As most of us I like to matter, I want my portion of acknowledgement and some patting on the shoulder everyday . It is only human and nothing to be ashamed of. My virtual life is based on Instagram and a little on Facebook as well. I am not afraid to share and I am aware of the fact that when one shares one can get feedback either positive or negative. All is good.
But is it really? What if we share and little by little we notice that the sharing is conditioned? That even when we think we are sharing that true and authentic self, we only share what we are sure of will be liked? We (over) style it a little, shape, crop, and heck, even make a little more dramatic then it really is because that just makes the picture. And even that I think is normal, we all know media is censured in one way or another. Or does social media have to come with a warranty that claims you might be exposed to fake and surreal picture perfect lives? Because maybe, just maybe we like the escape out of our manic and busy lives and put up these little perfect squares to let ourselves belief all is good. All is perfect. It must be. Right? But what if it isn’t?
In November 2015 I took a break from my Instagram account because I could just not fake it anymore. I felt overwhelmed by the increase of followers and sometimes even the lack of that. Also, I felt pressured of the expectations of that new post; Will there be enough likes, will I loose followers? Will it get me a hundred new followers? It was never enough and never good enough. Instagram was taking control over my life.
The account was based on my doll making with a twist of life style. After all, as my husband told me, they do not just want to buy a doll, they want to buy a piece of you. A piece of your life. I used my daughter and all the activities we did together to get that lifestyle image picture perfect. Leaving no space for spontaneity. I did not just wanted to do stuff with her, I wanted to do those things AND get that picture perfect. It was at the time I lost my baby I realized I needed space in order to feel what was really happening inside of me. I needed to put away that phone and live. And that is what I did. Pretty radical. I deleted the account.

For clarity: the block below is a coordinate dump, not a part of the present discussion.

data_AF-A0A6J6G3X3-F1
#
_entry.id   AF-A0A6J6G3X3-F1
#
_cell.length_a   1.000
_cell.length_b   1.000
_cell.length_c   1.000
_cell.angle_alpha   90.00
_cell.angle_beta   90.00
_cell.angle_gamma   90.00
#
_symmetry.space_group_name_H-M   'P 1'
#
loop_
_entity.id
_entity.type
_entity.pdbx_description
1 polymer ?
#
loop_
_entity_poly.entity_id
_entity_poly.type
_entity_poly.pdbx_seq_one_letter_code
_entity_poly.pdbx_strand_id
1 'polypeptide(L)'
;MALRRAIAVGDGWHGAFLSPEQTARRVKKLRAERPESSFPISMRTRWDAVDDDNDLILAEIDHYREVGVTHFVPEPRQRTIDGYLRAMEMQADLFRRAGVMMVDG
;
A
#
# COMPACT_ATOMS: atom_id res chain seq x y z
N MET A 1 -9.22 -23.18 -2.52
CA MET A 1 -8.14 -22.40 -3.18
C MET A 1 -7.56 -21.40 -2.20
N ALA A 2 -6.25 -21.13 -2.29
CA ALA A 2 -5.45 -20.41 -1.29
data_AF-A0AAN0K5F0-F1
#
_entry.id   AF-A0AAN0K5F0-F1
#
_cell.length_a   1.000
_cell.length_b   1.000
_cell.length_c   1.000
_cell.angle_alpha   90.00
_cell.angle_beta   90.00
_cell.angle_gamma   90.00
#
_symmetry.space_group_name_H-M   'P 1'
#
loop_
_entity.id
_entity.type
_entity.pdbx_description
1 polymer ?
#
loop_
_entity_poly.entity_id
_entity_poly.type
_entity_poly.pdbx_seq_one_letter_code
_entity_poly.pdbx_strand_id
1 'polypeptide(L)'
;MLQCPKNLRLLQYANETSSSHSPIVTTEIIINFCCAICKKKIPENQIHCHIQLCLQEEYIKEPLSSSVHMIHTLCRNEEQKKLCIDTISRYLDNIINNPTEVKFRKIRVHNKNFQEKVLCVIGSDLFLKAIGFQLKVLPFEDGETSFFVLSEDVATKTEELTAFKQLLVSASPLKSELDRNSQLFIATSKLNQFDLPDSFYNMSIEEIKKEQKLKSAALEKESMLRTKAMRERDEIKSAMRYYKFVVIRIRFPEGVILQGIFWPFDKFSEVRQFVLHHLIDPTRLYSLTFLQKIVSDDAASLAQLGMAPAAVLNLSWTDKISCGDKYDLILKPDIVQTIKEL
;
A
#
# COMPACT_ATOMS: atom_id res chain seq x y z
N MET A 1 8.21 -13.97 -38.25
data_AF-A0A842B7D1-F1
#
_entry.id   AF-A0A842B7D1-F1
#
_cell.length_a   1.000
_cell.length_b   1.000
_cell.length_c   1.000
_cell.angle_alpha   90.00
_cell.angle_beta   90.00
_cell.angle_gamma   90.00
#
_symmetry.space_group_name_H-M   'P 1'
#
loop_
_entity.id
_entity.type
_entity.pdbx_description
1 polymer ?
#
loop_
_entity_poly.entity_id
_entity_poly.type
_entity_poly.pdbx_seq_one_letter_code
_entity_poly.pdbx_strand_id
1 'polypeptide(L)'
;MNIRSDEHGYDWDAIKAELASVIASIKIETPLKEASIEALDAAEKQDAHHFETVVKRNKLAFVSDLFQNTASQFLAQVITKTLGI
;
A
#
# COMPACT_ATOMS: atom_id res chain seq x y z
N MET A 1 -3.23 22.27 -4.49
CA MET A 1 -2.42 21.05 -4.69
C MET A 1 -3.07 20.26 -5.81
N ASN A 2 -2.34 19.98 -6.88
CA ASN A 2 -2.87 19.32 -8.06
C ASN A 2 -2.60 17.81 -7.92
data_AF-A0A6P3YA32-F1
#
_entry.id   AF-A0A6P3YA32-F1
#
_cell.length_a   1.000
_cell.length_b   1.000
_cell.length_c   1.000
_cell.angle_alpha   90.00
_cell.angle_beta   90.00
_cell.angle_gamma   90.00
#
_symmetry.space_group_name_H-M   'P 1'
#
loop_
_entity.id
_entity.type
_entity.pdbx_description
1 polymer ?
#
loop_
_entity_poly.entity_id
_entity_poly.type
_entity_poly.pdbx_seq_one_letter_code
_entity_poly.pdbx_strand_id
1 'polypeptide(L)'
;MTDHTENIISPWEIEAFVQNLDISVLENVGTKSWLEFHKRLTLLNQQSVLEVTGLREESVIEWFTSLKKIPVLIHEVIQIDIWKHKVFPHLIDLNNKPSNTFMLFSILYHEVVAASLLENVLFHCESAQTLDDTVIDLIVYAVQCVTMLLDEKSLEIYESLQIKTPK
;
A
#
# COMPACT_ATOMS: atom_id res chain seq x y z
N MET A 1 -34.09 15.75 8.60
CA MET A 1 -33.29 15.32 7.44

At first I was scared but it also felt liberating and refreshing not having to keep up with something I profoundly did not want to keep up with. I started seeing things from a different perspective again and we had activities without the interference of a camera and it was lovely. I came back to myself and became stronger (of course this had not only to do with the telephone but with many changes at that moment) and with the bloom of spring I felt it was time for me to get socially active again. Because I do love to make pictures, I love to collect and organize. I am a visual artist after all. So here I am Instagramming away again. Snapping pictures and arranging picture perfects once again. The only one big difference is that I now know that Instagram is NOT me. It is not my life, I am not Instagram. It is just something that I do and yes maybe still a little too much but hey, one step at a time.
For me minimalism isn’t (only) in how much you possess or not, it more has to do with being really conscious about how your possessions and your actions make you feel, how they serve you. So I try to ask myself every time I post something: “does this make me happy? Is this what I want to post?”. “Does this serve me or does it make me feel unhappy?” And although I do not always have the answer, I am being mindful about it. Every step of my (virtual) way.
Thank you for reading,
You can find me on Instagram
And on facebook
Also please take a look at this interview with Cameron Diaz